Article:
The condition crept up on me until I couldn’t ignore that something was wrong anymore. As it became harder to remember things as clearly or stay as alert in my engineering job, all the compensation strategies could only get me so far. Dinner was barely finished in the early evening before deep fatigue would zonk me out on the couch. Eventually when a friend commented that I didn’t look great and ‘what was wrong?’, I knew it was time to get answers. Years earlier, I had had a neurological episode with blurred vision, so I knew that MS was a future possibility. My GP tried to calm my fears, ‘it could be something like a B12 deficiency’ he suggested, but we decided to do an MRI as well as a blood test. My worst fears were confirmed.
I didn’t want to be at the mercy of an unpredictable incurable condition. On the night of April 19, 2016, after the diagnosis in the neurologist’s office, I remember googling wildly on my computer to see what was out there to help myself and what I could do to wrest back some control. And that’s when I found it, the Overcoming MS program, like a shining light in the murkiness. It made a lot of sense to my analytical brain. I can do this; I remember telling myself. That was four years ago.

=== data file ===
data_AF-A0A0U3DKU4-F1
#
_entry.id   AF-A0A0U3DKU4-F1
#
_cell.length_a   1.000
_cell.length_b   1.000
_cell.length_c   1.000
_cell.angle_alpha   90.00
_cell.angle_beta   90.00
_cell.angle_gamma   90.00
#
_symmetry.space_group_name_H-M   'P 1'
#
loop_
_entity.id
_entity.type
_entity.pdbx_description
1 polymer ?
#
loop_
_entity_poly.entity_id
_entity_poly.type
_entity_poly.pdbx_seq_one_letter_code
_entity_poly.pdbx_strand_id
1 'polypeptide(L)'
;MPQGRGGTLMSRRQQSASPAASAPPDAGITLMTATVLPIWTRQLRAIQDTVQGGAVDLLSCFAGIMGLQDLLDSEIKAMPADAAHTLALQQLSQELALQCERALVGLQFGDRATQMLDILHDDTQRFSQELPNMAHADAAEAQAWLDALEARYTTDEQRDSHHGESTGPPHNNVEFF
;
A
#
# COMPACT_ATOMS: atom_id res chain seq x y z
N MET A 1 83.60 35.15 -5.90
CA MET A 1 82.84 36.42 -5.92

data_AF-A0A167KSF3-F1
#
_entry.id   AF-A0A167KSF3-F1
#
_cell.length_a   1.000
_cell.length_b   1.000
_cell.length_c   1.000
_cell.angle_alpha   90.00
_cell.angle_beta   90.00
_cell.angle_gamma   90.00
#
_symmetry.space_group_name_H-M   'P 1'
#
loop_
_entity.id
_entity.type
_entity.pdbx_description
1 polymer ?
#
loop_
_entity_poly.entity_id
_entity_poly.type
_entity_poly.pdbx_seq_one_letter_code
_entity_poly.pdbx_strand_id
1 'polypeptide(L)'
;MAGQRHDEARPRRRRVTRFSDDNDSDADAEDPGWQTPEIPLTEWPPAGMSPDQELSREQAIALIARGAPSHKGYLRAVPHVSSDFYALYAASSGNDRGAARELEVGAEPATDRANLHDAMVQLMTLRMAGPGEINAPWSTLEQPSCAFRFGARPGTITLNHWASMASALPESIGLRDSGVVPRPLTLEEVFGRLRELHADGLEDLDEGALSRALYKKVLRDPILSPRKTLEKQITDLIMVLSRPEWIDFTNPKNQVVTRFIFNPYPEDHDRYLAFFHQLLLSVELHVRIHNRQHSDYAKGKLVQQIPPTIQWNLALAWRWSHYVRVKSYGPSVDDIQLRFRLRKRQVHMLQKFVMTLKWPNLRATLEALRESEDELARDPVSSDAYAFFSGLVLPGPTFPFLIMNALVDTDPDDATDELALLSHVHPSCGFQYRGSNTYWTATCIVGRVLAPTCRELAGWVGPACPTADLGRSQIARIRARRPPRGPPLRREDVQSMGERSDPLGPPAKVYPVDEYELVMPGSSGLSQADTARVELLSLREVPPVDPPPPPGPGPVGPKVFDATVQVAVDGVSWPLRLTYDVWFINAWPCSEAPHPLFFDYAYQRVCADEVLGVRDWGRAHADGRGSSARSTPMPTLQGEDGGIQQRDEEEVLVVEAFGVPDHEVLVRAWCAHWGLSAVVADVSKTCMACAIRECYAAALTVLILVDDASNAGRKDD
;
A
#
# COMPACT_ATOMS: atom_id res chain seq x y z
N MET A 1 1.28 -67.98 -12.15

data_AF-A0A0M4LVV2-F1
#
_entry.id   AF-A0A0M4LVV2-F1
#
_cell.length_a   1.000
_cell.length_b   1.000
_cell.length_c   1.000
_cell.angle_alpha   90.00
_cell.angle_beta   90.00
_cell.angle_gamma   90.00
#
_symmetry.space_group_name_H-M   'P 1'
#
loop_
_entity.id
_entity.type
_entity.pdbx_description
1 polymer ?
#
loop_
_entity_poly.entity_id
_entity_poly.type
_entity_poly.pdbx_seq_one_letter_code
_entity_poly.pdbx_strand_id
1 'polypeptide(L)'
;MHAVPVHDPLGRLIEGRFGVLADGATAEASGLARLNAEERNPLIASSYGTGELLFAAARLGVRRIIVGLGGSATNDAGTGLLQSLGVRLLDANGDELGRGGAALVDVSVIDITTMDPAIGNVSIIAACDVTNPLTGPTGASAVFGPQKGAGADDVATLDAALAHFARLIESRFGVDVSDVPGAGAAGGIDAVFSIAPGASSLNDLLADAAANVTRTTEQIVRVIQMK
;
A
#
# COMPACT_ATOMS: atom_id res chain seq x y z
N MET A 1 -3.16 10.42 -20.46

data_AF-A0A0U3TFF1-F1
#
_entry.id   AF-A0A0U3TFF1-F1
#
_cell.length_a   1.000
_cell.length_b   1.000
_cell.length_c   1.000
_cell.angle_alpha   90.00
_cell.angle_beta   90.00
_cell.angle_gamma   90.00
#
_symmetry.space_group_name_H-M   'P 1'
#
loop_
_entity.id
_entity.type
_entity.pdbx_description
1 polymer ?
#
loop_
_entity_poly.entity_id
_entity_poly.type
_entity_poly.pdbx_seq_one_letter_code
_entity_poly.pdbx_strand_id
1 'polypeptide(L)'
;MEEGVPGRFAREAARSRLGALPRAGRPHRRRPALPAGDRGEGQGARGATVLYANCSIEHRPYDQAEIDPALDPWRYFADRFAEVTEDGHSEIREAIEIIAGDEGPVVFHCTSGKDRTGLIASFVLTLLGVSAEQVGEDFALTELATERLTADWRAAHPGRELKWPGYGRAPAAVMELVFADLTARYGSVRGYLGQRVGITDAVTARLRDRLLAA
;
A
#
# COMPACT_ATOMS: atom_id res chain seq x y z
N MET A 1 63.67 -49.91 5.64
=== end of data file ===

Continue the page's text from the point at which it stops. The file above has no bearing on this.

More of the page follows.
Not every step is easy
I am not going to lie. It hasn’t been at all easy for me. The dietary aspect has been the most challenging. How do you take dairy and meat out of your diet, when they have been such a core part of what you’ve eaten all your life? A friend commented that she thought it would be a lot easier when I had five dietary-compliant things I could cook for family dinners. I recall her stretched out fingers and the repeated emphasis on ‘five things’. They were wise words. By building the repertoire, bit by bit, cooking this way has now become second nature. It is not a ‘scary biggie’ but something I can easily do. It has made a difference to me to have the solidarity of my family eating common food with me, rather than me doing my thing off on the side.
I have also found the meditation aspect a real learning. For a busy mum, with a million things to do, quietening the brain and stopping the mental chatter has taken lots of practise. Getting to the point of sitting down to start the practice was the first hurdle. How can you take time out when there is a basket of unfolded laundry just sitting there? Making sure that I am accountable has helped. At the start, I had to closely track the days I meditated. The pang of disappointment on missing a day motivated me to stay on track. And then it became easier when it was a habit. I have a meditation app now and feel quite protective of my ‘streak’.
The OMS program is very much a part of how I live. I now can’t imagine doing anything else. Thinking about staying as independent as possible living with my family and participating in their day to day lives is motivation enough.